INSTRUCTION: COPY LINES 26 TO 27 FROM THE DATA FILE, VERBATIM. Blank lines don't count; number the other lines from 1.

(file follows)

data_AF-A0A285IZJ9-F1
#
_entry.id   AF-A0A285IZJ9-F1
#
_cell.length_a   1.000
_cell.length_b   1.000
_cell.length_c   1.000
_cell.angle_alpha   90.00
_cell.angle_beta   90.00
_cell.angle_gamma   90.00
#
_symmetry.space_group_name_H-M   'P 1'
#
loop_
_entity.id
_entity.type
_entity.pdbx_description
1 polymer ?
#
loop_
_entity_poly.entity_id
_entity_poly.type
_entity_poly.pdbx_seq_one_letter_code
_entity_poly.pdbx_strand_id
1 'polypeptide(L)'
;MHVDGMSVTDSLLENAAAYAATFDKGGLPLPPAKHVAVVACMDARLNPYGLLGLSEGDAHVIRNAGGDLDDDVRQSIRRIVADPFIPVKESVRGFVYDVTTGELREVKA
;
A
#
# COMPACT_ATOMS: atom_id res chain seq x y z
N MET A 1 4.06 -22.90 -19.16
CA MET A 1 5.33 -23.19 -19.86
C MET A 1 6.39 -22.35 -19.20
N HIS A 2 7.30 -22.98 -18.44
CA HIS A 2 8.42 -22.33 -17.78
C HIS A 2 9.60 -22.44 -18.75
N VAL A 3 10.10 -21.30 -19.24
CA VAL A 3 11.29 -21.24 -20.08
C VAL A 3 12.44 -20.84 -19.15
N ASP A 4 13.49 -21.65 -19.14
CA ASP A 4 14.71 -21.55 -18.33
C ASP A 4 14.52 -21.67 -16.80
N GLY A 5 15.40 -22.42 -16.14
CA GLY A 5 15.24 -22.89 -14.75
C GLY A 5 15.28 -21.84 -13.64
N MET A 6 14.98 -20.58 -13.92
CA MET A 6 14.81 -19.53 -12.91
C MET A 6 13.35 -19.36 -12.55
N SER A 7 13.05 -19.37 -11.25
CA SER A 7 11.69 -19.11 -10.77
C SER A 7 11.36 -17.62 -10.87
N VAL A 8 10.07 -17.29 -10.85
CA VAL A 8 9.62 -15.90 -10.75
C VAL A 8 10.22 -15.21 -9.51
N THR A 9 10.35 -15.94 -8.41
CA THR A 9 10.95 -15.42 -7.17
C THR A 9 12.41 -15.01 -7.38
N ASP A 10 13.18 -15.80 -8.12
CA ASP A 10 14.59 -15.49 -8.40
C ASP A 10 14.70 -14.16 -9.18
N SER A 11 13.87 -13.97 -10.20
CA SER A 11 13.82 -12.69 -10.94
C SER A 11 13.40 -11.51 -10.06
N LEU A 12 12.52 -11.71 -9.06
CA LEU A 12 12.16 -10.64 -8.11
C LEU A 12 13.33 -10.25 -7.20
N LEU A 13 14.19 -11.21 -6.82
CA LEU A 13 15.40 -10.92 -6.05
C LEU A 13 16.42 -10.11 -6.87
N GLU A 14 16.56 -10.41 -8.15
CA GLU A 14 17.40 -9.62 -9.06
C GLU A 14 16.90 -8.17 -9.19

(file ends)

;MHVDGMSVTDSLLENAAAYAATFDKGGLPLPPAKHVAVVACMDARLNPYGLLGLSEGDAHVIRNAGGDLDDDVRQSIRRIVADPFIPVKESVRGFVYDVTTGELREVKA
;